GW building officials said failures in New Hall’s emergency light system last week were caused by an elevator that malfunctioned before power in the building went out. When power cut off last Wednesday night, exits signs and an elevator emergency call box failed, leaving one student trapped in an elevator and rooms dark for about an hour.
Courtney Flaherty, associate director of property management services, explained that the building’s emergency generator started when the power went out at about 10 p.m. Since an elevator circuit was broken by the downed elevator, the generator quit and “denied power to the emergency lighting system,” she said
Walter Gray, director of facilities management, said the problem has been fixed. Maintenance workers located the fault that caused the break in the circuit and have been running tests on the generator all week.
“We’ve been trying to make sure it doesn’t happen again,” Gray said.
Gray said all GW residence halls have emergency lights run by emergency generators, which his department tests monthly.
John Petrie, recently-hired assistant vice president for public safety and emergency management, said he did not know about the emergency generator failure, but it “worries” him and he will “follow up on it.”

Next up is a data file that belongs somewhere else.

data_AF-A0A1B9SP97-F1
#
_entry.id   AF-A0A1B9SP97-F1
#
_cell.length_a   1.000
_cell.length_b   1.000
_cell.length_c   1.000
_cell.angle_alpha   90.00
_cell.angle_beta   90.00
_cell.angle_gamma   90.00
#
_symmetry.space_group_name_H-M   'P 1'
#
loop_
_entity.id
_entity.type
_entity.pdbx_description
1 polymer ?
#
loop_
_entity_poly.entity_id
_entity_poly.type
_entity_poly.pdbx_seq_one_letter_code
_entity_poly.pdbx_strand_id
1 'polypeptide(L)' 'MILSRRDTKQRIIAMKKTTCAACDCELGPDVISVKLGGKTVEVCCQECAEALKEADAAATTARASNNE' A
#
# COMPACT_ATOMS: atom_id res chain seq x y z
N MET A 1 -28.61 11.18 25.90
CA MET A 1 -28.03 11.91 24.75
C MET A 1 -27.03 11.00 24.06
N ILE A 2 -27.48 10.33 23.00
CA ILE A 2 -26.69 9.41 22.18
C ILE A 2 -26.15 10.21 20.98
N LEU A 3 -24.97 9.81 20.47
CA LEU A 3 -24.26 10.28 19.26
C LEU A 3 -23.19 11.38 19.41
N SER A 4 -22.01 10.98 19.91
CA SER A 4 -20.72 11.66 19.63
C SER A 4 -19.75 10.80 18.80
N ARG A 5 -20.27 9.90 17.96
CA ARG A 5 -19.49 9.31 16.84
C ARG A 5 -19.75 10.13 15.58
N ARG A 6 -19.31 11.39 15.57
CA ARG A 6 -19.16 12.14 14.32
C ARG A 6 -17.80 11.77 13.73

“We’ll find out what’s going on,” he said.
Michael Peller, managing director of business services, said Friday he would look into the problem. He was unavailable for comment.
Officials said D.C. code does not require buildings built before 1975 to have an emergency system but that all GW residence halls have them regardless of their age.
Allan Etter, a D.C. Fire Department spokesman, said New Hall is required by law to have “baseline emergency equipment,” which includes lighted exit signs, fire alarms and smoke detectors.
Several GW residence halls are nearly 80 years older than New Hall, which was built in 1996. Flaherty said 2109 F. St. was built in 1919, Schenley and Madison halls were built in 1920 and the West End was built in 1925.
She said “there aren’t any problems right now with any residence halls.”
Future New Hall residents said while the emergency light failure is worrisome, they are not thinking twice about living in the building next year.
“(The incident) is quite a bit of a concern,” said sophomore Mimi Bienia, who holds a New Hall for next year. “However, most people I know are just excited to live there instead of where they’re living now.”
Students who had candles, which are banned from all residence hall rooms, faired better during Wednesday’s power outage.
“I think the rule about having candles should be reconsidered,” added junior Erin O’Brien, also a future New Hall resident.